We get tons of food, catering from craft service and have drinks on the ready. They take care of us, most of the time will respect hours, respect a good pay and unless you’re on the most unprofessional shoot then they have amazing conditions that everyone is under. How can that be a 9-5 job? You realize how cushy the office workers who do work 9-5 have it, but you also realize how boring their work-lives must be. 

So many people just love to stay in the job that they do, and it’s comfortable for them. They know when they wake up, they’re going to be doing the same job each day. They go home, they come back in, and they have that same job. I’m of the understanding that I want to challenge myself everyday; put myself in a very difficult and uncomfortable place so I can really expand my knowledge and expand the scope of how I do this and learn new ways to do everything.

On set, you always have the older, seasoned veterans. They would go about their business, not be bothered by others, often only to be seen conversing with other seasoned veterans at lunch. In the early days I was there as this young whippersnapper trying to do whatever I could and learn from these guys as their stories were phenomenal and their advice, absolutely vital. Like they were the Mr Miyagi to my Daniel San.

I remember my first job as a grip PA – didn’t even know they had grip PAs, but that’s what I got – on a movie called Lemon Sky.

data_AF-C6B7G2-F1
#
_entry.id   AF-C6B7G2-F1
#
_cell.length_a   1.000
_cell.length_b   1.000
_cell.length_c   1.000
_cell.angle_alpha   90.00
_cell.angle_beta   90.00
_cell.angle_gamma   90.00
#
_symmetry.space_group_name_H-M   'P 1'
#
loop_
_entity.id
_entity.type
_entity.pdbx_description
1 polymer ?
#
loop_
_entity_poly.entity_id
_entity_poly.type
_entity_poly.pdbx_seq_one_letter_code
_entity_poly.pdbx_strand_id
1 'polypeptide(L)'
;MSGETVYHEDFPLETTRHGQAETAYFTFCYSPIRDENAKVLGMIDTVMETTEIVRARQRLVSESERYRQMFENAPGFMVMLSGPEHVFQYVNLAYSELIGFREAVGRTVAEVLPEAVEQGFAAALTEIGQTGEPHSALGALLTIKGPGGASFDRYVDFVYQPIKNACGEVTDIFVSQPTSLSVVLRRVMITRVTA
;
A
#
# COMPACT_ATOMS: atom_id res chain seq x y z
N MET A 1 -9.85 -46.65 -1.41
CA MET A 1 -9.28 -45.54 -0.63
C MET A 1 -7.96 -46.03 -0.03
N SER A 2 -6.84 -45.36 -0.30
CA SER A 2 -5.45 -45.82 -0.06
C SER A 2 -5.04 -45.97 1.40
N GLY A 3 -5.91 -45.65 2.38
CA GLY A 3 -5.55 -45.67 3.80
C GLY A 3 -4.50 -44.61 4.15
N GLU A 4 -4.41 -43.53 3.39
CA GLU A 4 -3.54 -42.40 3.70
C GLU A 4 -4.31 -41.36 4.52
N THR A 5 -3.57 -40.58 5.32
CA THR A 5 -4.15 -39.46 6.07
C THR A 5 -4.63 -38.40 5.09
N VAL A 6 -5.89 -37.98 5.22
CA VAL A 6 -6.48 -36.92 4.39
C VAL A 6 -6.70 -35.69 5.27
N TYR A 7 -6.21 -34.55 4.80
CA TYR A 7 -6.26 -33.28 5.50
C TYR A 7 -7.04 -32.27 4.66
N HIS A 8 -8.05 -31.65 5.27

Despite the poster, it’s not got any link to Dirty Dancing

It was my first, real production I had ever worked on in Boston. Kevin Bacon and Kyra Sedgwick were the stars and I was a “Grip PA” – so when they say in the game about six degrees of Kevin Bacon, that’s mine.

It was really funny because I had this very seasoned key grip who treated me pretty poorly a lot of the time because I really didn’t know anything. He didn’t have time for me at first, but slowly I got underneath his wing and he kind of started to show me and teach me a lot of things. It took patience and a lot of messing up to break the wall down, but once I did, it was pretty special.

Yes, the cynical nature happens on every movie set, no matter how low-budget – no matter how boring and uncreative, or how incredibly creative and incredibly exciting it might be. You have ascension, you have inspiration, and you just go in there and have the greatest attitude possible and just want to learn as much as you can. Try to befriend the seasoned movie-set veterans. Heck, I would get them water, I’d get stuff from the craft service table and then bring an extra bowl of peanuts along. I’d just say, “Hey, you want any peanuts?”

Then after that, “You want some cucumbers? Hey, you want some candy?” Whatever it was, I was going to get it for them, I’d get two bowls of it and pass it around with those people. All of a sudden, they would be like, “Ah, that little kid, man, he’s got something going on there.” Then they start to let you in.

Their crowd is sometimes a really cool place to be, because the stories that come out of it … “Ah, yeah, remember when we were working with that guy…” (obviously, I’m not throwing anyone under the bus here). You get these actor horror stories, director horror stories, there’s always great war stories these guys and girls will get into.

Just keep on doing your best, and staying on your game and have a huge smile on your face and be fired up from the first second to the last and you’re going to move up that ladder very quickly.

  • Film set
  • Gaffer
  • set life
  • work life balance